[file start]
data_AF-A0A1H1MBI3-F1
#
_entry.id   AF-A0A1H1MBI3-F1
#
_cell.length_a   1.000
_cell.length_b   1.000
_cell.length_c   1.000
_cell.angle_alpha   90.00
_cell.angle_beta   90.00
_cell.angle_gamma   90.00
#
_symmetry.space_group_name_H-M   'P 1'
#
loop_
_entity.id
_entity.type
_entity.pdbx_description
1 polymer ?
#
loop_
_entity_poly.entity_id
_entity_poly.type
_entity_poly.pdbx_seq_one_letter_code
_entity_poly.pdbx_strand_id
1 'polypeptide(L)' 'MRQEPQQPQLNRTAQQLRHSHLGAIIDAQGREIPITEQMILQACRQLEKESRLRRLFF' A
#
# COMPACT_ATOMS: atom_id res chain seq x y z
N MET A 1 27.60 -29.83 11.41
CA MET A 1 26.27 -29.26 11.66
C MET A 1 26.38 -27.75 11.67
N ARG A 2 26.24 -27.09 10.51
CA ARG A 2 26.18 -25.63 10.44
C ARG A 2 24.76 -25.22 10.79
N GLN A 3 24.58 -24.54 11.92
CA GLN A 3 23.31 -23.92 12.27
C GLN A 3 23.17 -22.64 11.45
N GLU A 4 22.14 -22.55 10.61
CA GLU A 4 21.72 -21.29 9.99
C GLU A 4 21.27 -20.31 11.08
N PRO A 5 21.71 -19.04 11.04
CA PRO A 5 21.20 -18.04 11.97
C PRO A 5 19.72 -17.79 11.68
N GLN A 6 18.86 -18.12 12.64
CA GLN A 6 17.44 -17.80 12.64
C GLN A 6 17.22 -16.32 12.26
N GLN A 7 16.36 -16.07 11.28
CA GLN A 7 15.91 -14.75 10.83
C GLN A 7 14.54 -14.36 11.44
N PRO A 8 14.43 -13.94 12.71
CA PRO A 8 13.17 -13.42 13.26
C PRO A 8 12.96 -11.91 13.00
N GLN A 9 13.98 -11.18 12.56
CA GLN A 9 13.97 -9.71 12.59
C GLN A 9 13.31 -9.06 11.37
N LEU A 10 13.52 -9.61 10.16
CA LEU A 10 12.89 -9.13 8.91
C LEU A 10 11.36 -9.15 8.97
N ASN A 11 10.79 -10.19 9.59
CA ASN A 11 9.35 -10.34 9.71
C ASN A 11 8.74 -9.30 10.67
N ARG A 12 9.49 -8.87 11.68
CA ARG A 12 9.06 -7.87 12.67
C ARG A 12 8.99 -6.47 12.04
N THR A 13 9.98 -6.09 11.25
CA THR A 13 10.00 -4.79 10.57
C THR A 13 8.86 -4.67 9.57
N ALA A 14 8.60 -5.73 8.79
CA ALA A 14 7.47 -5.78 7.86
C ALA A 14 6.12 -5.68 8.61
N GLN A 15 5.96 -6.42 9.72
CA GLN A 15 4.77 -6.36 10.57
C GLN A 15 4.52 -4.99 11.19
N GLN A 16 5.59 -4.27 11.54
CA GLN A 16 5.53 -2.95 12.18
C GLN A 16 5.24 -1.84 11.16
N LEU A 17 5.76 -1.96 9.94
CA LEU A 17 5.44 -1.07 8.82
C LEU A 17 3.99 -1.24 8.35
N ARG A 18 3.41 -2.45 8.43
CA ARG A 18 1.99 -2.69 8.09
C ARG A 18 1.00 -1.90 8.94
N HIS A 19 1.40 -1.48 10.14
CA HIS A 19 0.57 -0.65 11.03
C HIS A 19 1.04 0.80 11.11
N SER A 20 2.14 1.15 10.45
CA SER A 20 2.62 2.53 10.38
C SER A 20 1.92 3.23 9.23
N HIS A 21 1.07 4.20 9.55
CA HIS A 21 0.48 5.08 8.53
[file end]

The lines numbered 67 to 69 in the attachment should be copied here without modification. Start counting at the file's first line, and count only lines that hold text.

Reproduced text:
N ALA A 14 8.60 -5.73 8.79
CA ALA A 14 7.47 -5.78 7.86
C ALA A 14 6.12 -5.68 8.61